“Placenta accreta spectrum” (PAS) is a rare but serious pregnancy condition where the placenta abnormally adheres to the uterine wall and fails to spontaneously release after delivery. When it occurs, PAS is associated with high maternal morbidity and mortality—as PAS management can be particularly challenging. This two-part review summarizes current evidence in PAS management, identifies its most challenging aspects, and offers evidence-based recommendations to improve management strategies and PAS outcomes. The first part of this two-part review highlighted the general anesthetic approach, surgical and interventional management strategies, specialized “centers of excellence,” and multidisciplinary PAS treatment teams. The high rates of PAS morbidity and mortality are often provoked by PAS-associated coagulopathies and peripartal hemorrhage (PPH). Anesthesiologists need to be prepared for massive blood loss, transfusion, and to manage potential coagulopathies. In this second part of this two-part review, we specifically reviewed the current literature pertaining to hemostatic changes, blood loss, transfusion management, and postpartum venous thromboembolism prophylaxis in PAS patients. Taken together, the two parts of this review provide a comprehensive survey of challenging aspects in PAS management for anesthesiologists.
In “Placenta Accreta Spectrum Part I: anesthesia considerations based on an extended review of the literature,” we discussed “Placenta Accreta Spectrum” (PAS) as being a rare but serious condition during pregnancy where part of the placenta abnormally attaches to the uterine wall and fails to spontaneously release after delivery .
The term PAS includes both adherent and invasive forms of accreta placentation and refers either to clinical symptoms, pathological findings or ultrasound imaging. The term itself has been redefined several times over the last decades—for example, “Abnormally Invasive Placenta” (AIP)—for which PAS prevalence estimation is found to be challenging . Nevertheless, rates are increasing and are now between 0.8 and 3.1 per 1,000 births after C-section . Depending on the extent of invasive growth, PAS can be subclassified—namely, placenta accreta, increta, and percreta. Irrespective of the surgical approach or the degree of invasive placental penetration, PAS is often accompanied with severe peripartum hemorrhage (PPH)—in comparison to placenta previa without accreta, placenta accreta shows an odds ratio (OR) of 89.5% for an estimated blood loss (EBL)>2 L, an OR of 29.6% for transfusion and an OR of 8.5% for a hospital stay > 4 days . Therefore, PAS is a serious medical condition associated with high maternal morbidity and mortality and presents anesthesiologists with several challenging management aspects. In the first part of this two-part literature survey, we addressed the general anesthetic and therapeutic approaches, as well as organizational and structural demands in PAS treatment.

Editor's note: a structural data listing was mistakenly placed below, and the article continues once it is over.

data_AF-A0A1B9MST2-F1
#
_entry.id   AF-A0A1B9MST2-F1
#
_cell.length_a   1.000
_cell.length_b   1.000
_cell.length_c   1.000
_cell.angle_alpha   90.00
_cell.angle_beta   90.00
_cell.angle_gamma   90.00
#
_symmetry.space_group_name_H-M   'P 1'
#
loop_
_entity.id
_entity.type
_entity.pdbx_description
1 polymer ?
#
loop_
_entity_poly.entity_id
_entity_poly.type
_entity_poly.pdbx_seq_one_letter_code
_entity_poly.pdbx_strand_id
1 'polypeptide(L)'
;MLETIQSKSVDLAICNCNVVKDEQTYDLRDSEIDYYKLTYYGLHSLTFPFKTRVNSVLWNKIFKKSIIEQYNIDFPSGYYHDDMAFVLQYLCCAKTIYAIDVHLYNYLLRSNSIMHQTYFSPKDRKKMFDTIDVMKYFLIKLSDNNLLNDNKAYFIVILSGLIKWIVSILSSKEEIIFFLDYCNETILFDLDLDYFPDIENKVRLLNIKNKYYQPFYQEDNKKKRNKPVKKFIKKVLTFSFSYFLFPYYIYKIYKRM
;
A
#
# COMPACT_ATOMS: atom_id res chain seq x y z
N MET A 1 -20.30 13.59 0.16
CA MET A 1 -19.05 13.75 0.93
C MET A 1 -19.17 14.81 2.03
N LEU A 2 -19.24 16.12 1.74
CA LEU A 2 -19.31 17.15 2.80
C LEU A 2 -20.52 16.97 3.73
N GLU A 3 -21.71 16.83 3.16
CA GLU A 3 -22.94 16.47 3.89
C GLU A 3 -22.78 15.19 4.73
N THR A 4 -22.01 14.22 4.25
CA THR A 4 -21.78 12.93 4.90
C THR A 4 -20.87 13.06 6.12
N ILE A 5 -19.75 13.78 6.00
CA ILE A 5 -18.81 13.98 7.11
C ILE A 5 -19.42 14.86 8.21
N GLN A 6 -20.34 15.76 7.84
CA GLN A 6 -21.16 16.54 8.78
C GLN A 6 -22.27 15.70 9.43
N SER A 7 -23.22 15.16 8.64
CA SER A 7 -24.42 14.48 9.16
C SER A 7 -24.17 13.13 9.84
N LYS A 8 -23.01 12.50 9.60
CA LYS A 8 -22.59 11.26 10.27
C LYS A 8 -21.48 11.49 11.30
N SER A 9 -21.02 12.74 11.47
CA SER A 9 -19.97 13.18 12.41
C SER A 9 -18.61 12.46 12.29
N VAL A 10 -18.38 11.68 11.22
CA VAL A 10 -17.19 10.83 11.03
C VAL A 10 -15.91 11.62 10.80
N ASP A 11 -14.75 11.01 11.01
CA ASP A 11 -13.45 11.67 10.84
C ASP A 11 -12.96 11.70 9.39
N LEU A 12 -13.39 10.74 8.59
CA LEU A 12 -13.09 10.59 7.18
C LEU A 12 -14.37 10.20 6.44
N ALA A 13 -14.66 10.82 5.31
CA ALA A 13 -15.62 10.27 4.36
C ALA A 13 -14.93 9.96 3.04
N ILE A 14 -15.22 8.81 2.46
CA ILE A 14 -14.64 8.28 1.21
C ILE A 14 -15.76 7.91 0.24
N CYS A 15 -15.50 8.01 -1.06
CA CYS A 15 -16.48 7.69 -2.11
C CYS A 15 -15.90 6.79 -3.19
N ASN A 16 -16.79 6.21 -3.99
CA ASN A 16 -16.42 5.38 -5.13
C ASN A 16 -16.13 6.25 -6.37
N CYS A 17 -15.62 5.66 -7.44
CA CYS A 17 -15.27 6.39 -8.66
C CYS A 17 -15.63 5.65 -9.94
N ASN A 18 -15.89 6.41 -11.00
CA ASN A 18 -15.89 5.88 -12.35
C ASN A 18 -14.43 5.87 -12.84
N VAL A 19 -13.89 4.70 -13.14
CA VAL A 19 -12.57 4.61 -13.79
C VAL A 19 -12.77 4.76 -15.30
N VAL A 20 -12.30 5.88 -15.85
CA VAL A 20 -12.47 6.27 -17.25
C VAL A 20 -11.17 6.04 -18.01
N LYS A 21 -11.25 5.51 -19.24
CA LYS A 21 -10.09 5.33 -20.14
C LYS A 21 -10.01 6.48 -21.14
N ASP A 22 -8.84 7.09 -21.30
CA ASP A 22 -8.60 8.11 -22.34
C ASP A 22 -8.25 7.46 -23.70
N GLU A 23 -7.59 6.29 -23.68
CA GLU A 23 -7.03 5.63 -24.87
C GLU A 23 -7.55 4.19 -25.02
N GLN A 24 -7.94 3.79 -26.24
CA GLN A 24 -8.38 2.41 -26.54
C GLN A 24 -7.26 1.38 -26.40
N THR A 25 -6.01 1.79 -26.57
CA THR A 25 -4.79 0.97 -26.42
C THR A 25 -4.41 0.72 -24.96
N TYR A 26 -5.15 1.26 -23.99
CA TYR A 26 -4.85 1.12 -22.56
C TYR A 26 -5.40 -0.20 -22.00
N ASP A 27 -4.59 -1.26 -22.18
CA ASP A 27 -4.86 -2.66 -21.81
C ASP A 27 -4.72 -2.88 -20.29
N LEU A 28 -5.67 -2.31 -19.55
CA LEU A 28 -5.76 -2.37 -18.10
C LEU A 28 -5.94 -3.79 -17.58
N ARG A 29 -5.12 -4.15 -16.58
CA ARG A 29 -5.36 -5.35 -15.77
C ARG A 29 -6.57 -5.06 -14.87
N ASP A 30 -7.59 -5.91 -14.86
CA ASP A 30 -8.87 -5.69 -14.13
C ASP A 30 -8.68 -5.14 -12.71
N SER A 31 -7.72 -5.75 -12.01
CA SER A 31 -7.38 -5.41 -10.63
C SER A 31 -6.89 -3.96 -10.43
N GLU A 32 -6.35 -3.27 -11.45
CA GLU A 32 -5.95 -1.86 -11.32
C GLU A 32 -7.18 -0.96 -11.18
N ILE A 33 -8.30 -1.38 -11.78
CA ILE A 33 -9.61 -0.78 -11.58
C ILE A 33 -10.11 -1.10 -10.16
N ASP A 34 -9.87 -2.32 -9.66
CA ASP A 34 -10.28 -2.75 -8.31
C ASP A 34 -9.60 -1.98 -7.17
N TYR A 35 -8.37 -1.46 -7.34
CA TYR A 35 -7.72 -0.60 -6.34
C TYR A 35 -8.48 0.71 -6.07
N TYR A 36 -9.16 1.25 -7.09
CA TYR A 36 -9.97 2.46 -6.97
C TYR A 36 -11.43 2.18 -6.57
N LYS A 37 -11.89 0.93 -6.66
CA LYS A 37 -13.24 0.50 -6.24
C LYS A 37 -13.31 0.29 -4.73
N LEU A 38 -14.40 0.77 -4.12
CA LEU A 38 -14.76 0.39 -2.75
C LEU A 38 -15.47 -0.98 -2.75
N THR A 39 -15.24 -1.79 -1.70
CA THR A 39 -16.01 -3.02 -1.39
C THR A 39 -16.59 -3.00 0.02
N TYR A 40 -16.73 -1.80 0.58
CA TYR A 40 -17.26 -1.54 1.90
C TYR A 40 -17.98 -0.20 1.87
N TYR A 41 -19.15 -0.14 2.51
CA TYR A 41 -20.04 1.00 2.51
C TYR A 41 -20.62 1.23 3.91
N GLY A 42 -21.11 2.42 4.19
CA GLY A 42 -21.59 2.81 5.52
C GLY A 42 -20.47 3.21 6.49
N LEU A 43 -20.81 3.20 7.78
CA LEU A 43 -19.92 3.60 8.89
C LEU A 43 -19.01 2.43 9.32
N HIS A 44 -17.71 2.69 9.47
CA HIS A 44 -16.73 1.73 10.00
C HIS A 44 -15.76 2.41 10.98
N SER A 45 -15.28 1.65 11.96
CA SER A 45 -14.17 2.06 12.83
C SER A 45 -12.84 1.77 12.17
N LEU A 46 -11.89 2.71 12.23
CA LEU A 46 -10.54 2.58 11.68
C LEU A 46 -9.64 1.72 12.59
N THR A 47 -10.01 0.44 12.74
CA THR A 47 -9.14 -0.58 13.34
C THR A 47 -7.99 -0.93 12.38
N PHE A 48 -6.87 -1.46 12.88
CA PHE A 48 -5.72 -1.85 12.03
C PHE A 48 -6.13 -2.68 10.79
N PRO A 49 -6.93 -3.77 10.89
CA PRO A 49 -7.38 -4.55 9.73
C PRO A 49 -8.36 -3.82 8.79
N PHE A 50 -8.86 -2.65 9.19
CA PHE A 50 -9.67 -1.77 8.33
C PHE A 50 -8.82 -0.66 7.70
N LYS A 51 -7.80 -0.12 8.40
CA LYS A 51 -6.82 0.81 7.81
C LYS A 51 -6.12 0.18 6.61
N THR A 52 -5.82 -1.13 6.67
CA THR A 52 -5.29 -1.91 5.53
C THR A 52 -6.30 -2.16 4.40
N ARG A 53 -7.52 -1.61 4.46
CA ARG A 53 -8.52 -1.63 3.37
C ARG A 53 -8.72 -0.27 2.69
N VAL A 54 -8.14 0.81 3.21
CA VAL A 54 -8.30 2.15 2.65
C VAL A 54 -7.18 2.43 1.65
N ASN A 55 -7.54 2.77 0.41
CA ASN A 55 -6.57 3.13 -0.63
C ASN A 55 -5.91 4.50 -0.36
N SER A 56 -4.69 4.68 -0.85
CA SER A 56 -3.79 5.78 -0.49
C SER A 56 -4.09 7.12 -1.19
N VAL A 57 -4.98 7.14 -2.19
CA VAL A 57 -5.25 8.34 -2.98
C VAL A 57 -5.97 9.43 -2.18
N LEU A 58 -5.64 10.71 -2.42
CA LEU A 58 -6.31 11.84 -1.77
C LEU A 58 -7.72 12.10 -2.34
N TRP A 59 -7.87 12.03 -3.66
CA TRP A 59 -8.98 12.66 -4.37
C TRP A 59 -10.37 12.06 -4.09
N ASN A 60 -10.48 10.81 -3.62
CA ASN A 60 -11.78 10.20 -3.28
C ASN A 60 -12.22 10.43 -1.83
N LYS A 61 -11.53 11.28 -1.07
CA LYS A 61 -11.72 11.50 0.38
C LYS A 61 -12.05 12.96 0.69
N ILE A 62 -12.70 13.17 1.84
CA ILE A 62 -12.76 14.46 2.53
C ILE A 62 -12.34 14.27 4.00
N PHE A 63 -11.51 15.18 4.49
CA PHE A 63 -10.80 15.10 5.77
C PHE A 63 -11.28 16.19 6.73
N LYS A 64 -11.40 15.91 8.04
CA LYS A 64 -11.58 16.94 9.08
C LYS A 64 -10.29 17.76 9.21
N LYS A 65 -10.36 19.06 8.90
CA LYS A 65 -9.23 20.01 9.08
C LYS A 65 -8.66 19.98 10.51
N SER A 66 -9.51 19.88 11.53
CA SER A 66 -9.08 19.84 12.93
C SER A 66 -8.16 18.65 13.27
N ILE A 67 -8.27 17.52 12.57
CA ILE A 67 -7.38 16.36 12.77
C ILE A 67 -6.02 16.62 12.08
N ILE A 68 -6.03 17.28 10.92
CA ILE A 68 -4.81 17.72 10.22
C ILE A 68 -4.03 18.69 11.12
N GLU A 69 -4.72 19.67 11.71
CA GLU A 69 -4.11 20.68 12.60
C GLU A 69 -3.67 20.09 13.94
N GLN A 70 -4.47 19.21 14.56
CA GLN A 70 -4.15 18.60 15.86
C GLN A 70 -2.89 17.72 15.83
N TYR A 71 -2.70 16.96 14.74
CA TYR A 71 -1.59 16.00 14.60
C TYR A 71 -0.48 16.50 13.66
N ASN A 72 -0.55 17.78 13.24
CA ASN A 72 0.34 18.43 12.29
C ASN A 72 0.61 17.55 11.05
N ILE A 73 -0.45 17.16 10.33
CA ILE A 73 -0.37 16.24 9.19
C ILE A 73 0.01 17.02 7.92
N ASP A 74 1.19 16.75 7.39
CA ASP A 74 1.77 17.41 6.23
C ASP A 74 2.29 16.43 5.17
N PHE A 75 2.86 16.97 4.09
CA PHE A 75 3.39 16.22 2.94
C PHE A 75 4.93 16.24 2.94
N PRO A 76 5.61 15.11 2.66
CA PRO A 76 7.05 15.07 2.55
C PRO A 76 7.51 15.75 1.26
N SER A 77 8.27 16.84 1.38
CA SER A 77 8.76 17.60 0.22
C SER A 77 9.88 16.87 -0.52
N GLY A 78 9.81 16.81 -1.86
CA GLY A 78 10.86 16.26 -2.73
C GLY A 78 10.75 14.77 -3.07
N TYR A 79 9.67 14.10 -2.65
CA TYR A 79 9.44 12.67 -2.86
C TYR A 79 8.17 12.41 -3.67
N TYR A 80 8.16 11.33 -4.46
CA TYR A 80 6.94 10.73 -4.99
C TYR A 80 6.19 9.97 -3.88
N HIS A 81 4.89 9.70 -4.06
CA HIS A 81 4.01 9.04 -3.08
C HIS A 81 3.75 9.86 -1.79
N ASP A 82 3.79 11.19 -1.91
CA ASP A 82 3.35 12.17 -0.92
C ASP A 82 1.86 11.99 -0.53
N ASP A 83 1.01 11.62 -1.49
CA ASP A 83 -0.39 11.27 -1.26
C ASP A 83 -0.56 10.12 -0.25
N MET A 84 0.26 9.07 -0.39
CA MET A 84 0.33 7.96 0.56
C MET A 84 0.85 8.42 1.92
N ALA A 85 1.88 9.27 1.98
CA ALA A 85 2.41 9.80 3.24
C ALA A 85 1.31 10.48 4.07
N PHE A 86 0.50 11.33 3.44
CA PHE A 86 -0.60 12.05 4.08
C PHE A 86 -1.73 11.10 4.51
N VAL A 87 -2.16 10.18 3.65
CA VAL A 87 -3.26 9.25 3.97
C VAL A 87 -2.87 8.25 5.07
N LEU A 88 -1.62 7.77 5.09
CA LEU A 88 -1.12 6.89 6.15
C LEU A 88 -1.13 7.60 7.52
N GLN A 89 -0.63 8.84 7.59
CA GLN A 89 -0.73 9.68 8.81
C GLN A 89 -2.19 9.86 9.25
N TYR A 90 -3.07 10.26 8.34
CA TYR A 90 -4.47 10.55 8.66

Moreover, PAS is frequently accompanied by hemostatic changes, coagulopathies, and high blood loss. The knowledge of these possible conditions, diagnostic options, and sufficient management strategies is essential for anesthesiologists treating women with PAS and is presented here in the second part of this review series.
Literature findings – Placenta Accreta Spectrum Part I & II: anesthesia and hemostatic considerations based on an extended review of the literature
A detailed description of the literature review and screening process is presented in part one of this review series. Briefly, to identify relevant PAS literature, we performed a computerized Medline database search and screened 7,723 publication between 1973 and February 28 2021. Of those, we identified and included 55 anesthesiology relevant trials (n=3459 PAS patients) providing the basis of this review , , , , , , , , , , , , , , , , , , , , , , , , , , , , , , , , , , , , , , , , , , , , , , , , , , , , , , . Another 37 trials were included in an interventional radiology analysis (n=4507 PAS patients), which was only included in part one of this review.